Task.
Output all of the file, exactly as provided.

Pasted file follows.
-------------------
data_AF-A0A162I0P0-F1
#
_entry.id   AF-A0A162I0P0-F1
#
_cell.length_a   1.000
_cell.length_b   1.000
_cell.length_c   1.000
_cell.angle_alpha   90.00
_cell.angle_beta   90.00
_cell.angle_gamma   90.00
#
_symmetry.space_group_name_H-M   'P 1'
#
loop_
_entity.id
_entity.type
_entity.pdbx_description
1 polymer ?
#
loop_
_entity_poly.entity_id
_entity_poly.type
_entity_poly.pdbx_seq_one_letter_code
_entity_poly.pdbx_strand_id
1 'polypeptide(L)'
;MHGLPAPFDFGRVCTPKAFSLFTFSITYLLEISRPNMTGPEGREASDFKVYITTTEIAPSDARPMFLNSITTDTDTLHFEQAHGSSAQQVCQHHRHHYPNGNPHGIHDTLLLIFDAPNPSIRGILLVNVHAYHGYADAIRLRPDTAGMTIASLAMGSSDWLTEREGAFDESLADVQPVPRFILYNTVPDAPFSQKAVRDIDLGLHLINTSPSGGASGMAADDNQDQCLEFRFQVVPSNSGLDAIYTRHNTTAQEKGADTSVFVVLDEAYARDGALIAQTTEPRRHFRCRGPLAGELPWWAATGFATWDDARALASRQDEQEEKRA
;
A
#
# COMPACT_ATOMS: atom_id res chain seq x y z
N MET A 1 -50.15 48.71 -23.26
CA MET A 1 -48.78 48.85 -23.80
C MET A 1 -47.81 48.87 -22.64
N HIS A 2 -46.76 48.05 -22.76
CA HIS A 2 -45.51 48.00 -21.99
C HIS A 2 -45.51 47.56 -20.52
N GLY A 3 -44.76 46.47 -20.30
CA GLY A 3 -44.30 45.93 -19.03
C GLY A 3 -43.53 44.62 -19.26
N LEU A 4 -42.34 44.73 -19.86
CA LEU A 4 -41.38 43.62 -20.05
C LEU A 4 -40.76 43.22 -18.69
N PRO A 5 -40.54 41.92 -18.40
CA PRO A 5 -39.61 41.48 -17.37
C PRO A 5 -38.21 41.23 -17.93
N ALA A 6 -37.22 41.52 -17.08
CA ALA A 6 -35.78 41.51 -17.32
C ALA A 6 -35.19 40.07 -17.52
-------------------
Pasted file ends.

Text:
data_AF-A0A162I0P0-F1
#
_entry.id   AF-A0A162I0P0-F1
#
_cell.length_a   1.000
_cell.length_b   1.000
_cell.length_c   1.000
_cell.angle_alpha   90.00
_cell.angle_beta   90.00
_cell.angle_gamma   90.00
#
_symmetry.space_group_name_H-M   'P 1'
#
loop_
_entity.id
_entity.type
_entity.pdbx_description
1 polymer ?
#
loop_
_entity_poly.entity_id
_entity_poly.type
_entity_poly.pdbx_seq_one_letter_code
_entity_poly.pdbx_strand_id
1 'polypeptide(L)'
;MHGLPAPFDFGRVCTPKAFSLFTFSITYLLEISRPNMTGPEGREASDFKVYITTTEIAPSDARPMFLNSITTDTDTLHFEQAHGSSAQQVCQHHRHHYPNGNPHGIHDTLLLIFDAPNPSIRGILLVNVHAYHGYADAIRLRPDTAGMTIASLAMGSSDWLTEREGAFDESLADVQPVPRFILYNTVPDAPFSQKAVRDIDLGLHLINTSPSGGASGMAADDNQDQCLEFRFQVVPSNSGLDAIYTRHNTTAQEKGADTSVFVVLDEAYARDGALIAQTTEPRRHFRCRGPLAGELPWWAATGFATWDDARALASRQDEQEEKRA
;
A
#
# COMPACT_ATOMS: atom_id res chain seq x y z
N MET A 1 -50.15 48.71 -23.26
CA MET A 1 -48.78 48.85 -23.80
C MET A 1 -47.81 48.87 -22.64
N HIS A 2 -46.76 48.05 -22.76
CA HIS A 2 -45.51 48.00 -21.99
C HIS A 2 -45.51 47.56 -20.52
N GLY A 3 -44.76 46.47 -20.30
CA GLY A 3 -44.30 45.93 -19.03
C GLY A 3 -43.53 44.62 -19.26
N LEU A 4 -42.34 44.73 -19.86
CA LEU A 4 -41.38 43.62 -20.05
C LEU A 4 -40.76 43.22 -18.69
N PRO A 5 -40.54 41.92 -18.40
CA PRO A 5 -39.61 41.48 -17.37
C PRO A 5 -38.21 41.23 -17.93
N ALA A 6 -37.22 41.52 -17.08
CA ALA A 6 -35.78 41.51 -17.32
C ALA A 6 -35.19 40.07 -17.52